Jeff Gauthier gave his new Cryptonight concert series at the comfortable Club Tropical an auspicious inauguration on August 28th, presenting the Bobby Bradford Motet. The band performed in front of an equipment-stuffed stage on a wood dance floor. Soft couches surrounded the platform, but most of those attending took in the show from the raised dining area south of the dance floor. Waitresses toted Salvadoran treats from the kitchen and international favorites from the full bar.
This edition of the Motet included longtime members Roberto Miranda on bass, Vinny Golia on soprano and baritone saxophones, and Ken Rosser on guitar. Ably filing the drum chair was Mike Stephens. In addition to the Motet, Rosser also plays with Quartetto Nuevo and the New Grandmothers, playing the Zappa parts. The versatile Rosser has also logged time with John Cage, Alphonso Johnson, kora master Prince Diabate, Elvis Schoenberg Orchestra Surreal – and in addition to guitar, he also plays sitar, lap steel banjo, and Turkish cumbus. He recently won the LA Theatre Award for his score to the play Turning Points.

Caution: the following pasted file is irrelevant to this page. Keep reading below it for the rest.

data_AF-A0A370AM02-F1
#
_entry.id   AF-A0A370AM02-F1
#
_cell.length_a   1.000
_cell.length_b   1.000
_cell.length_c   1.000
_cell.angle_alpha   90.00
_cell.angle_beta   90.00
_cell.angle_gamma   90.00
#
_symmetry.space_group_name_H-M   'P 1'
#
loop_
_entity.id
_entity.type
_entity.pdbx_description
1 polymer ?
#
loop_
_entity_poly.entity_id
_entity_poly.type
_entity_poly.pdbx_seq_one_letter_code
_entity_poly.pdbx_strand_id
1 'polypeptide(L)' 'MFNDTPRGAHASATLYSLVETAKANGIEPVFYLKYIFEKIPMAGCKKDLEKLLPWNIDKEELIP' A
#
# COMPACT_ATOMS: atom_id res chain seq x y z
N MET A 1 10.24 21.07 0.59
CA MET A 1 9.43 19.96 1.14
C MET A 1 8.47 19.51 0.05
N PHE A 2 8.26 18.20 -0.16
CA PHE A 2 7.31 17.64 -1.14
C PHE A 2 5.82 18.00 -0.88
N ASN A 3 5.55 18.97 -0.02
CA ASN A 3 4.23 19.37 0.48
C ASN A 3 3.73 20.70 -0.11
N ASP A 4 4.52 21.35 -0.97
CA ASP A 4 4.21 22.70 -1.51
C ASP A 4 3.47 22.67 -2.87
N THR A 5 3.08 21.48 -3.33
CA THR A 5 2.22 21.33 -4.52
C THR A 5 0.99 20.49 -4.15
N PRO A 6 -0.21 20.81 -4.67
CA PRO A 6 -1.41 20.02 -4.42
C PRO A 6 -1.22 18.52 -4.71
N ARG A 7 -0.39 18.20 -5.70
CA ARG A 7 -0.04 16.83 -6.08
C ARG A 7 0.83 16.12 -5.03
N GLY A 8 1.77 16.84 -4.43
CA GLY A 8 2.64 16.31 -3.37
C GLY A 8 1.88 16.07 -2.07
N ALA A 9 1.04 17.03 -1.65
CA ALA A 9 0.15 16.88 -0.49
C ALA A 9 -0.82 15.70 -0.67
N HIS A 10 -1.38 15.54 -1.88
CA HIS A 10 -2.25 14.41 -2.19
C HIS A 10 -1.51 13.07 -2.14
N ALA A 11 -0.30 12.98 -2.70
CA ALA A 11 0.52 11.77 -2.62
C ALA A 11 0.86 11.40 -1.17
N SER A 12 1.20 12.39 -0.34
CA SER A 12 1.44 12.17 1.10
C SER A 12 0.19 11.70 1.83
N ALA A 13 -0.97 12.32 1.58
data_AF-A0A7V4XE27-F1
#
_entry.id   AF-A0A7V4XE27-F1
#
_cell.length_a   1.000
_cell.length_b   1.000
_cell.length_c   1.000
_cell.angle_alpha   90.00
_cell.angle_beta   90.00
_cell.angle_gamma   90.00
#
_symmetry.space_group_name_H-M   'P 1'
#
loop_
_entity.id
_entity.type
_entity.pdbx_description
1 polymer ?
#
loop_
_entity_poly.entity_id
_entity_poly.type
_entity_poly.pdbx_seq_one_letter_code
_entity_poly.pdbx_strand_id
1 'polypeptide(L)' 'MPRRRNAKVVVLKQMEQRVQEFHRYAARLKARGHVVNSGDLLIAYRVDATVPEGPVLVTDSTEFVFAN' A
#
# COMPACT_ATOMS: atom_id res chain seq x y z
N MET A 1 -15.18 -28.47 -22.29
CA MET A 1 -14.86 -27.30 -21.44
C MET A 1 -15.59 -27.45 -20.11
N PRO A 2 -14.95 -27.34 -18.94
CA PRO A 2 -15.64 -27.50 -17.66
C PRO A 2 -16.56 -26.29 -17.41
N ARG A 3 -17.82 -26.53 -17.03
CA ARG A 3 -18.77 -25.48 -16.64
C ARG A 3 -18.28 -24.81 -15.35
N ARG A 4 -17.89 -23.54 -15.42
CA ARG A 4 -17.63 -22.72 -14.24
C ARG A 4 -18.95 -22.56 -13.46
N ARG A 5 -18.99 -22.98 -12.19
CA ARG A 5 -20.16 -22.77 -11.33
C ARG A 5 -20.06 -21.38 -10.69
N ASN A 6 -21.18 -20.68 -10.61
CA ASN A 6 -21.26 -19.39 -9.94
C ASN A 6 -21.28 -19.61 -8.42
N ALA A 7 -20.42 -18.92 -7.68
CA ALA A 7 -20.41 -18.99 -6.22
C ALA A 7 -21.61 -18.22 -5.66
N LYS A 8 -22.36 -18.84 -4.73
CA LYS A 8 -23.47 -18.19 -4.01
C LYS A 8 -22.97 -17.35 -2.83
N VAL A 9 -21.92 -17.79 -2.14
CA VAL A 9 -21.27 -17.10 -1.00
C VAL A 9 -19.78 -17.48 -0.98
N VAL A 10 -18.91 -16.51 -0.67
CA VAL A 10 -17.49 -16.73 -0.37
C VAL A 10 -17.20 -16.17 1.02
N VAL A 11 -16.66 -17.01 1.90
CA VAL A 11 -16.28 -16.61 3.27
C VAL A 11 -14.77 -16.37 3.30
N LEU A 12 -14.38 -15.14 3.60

Bradford opened with “Sho Nuff Blues,” a straight-ahead swinger that showed off the frontline. Bradford bopped his opening statement to Rosser’s cleanly comped chords. Golia came out swinging on a soulful baritone solo. Rosser’s single note lead went from crisp to sparkling. Miranda and Stephens kept the engine running with Miranda popping along. The tune that followed kicked the pace up with Stephens and Miranda cooking. Golia burned through a solo echoed by Bradford. Rosser worked the neck with quicksilver lines, and Miranda of all people slowed it down exploring a wide tonal range on the bass.
Golia switched to soprano for the next piece. Bradford, Golia, and Rosser improvised the opening with the rhythm section joining. Rosser soloed quick and outside, while Miranda bowed and Stephens brought brisk brushwork. Bradford changed the tempo and mood, introducing Golia’s duet with Stephens. Golia tore through his variations, then Bradford matched his force and maintained the momentum. For the next tune, Stephens locked into a bolero beat with Miranda eyes closed keeping time. Rosser wove chords behind Vinny’s foray through the minor theme.
They picked up the tempo again with a bebop blues that had Bradford sailing on cornet. Rosser played it fleet and clean, and Golia’s bluesy take gave way to gale force wind. Miranda’s solo gave another display of blazing technique and heart.
The intense dynamic interplay and soaring creativity of the Bradford Motet set a high standard for future editions of Cryptonight at the Club Tropical. With upcoming bookings including Jeff Gautier’s Gautet and Vinny Golia’s Quintet, Cryptonight means that from now on the weekend begins on Thursday.
For more information, visit Cryptonight on the web.